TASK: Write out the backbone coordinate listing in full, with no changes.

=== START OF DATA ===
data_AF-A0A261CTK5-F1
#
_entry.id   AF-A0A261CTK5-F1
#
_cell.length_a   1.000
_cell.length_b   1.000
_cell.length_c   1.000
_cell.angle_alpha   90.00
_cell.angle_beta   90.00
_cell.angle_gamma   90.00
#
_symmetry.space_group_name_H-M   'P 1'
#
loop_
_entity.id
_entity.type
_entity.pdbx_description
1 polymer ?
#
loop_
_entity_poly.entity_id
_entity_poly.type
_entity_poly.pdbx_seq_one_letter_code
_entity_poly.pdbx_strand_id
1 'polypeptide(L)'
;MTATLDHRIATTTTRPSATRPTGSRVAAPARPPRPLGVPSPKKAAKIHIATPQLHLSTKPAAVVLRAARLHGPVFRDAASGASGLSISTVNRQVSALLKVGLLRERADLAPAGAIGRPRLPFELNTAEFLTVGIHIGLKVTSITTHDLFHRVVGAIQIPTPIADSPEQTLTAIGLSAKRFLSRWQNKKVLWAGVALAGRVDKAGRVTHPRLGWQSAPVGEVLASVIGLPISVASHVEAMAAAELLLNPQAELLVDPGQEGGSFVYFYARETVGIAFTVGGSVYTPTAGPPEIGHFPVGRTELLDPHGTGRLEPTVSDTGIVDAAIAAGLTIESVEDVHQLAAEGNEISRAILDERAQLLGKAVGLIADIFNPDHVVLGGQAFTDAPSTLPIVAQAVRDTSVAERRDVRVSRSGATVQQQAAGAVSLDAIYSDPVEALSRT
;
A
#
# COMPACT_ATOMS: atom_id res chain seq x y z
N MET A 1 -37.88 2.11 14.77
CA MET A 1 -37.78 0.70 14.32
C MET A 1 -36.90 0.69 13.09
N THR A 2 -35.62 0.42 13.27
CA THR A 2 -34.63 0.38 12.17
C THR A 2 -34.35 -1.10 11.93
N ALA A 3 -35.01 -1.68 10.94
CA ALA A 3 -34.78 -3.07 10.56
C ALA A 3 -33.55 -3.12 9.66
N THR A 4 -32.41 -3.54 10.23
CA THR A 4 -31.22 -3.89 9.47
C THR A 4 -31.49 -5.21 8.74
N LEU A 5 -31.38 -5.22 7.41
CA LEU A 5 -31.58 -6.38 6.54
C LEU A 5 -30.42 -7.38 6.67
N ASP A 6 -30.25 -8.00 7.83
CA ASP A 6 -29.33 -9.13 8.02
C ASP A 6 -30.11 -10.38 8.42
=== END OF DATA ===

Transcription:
data_AF-A0A261CTK5-F1
#
_entry.id   AF-A0A261CTK5-F1
#
_cell.length_a   1.000
_cell.length_b   1.000
_cell.length_c   1.000
_cell.angle_alpha   90.00
_cell.angle_beta   90.00
_cell.angle_gamma   90.00
#
_symmetry.space_group_name_H-M   'P 1'
#
loop_
_entity.id
_entity.type
_entity.pdbx_description
1 polymer ?
#
loop_
_entity_poly.entity_id
_entity_poly.type
_entity_poly.pdbx_seq_one_letter_code
_entity_poly.pdbx_strand_id
1 'polypeptide(L)'
;MTATLDHRIATTTTRPSATRPTGSRVAAPARPPRPLGVPSPKKAAKIHIATPQLHLSTKPAAVVLRAARLHGPVFRDAASGASGLSISTVNRQVSALLKVGLLRERADLAPAGAIGRPRLPFELNTAEFLTVGIHIGLKVTSITTHDLFHRVVGAIQIPTPIADSPEQTLTAIGLSAKRFLSRWQNKKVLWAGVALAGRVDKAGRVTHPRLGWQSAPVGEVLASVIGLPISVASHVEAMAAAELLLNPQAELLVDPGQEGGSFVYFYARETVGIAFTVGGSVYTPTAGPPEIGHFPVGRTELLDPHGTGRLEPTVSDTGIVDAAIAAGLTIESVEDVHQLAAEGNEISRAILDERAQLLGKAVGLIADIFNPDHVVLGGQAFTDAPSTLPIVAQAVRDTSVAERRDVRVSRSGATVQQQAAGAVSLDAIYSDPVEALSRT
;
A
#
# COMPACT_ATOMS: atom_id res chain seq x y z
N MET A 1 -37.88 2.11 14.77
CA MET A 1 -37.78 0.70 14.32
C MET A 1 -36.90 0.69 13.09
N THR A 2 -35.62 0.42 13.27
CA THR A 2 -34.63 0.38 12.17
C THR A 2 -34.35 -1.10 11.93
N ALA A 3 -35.01 -1.68 10.94
CA ALA A 3 -34.78 -3.07 10.56
C ALA A 3 -33.55 -3.12 9.66
N THR A 4 -32.41 -3.54 10.23
CA THR A 4 -31.22 -3.89 9.47
C THR A 4 -31.49 -5.21 8.74
N LEU A 5 -31.38 -5.22 7.41
CA LEU A 5 -31.58 -6.38 6.54
C LEU A 5 -30.42 -7.38 6.67
N ASP A 6 -30.25 -8.00 7.83
CA ASP A 6 -29.33 -9.13 8.02
C ASP A 6 -30.11 -10.38 8.42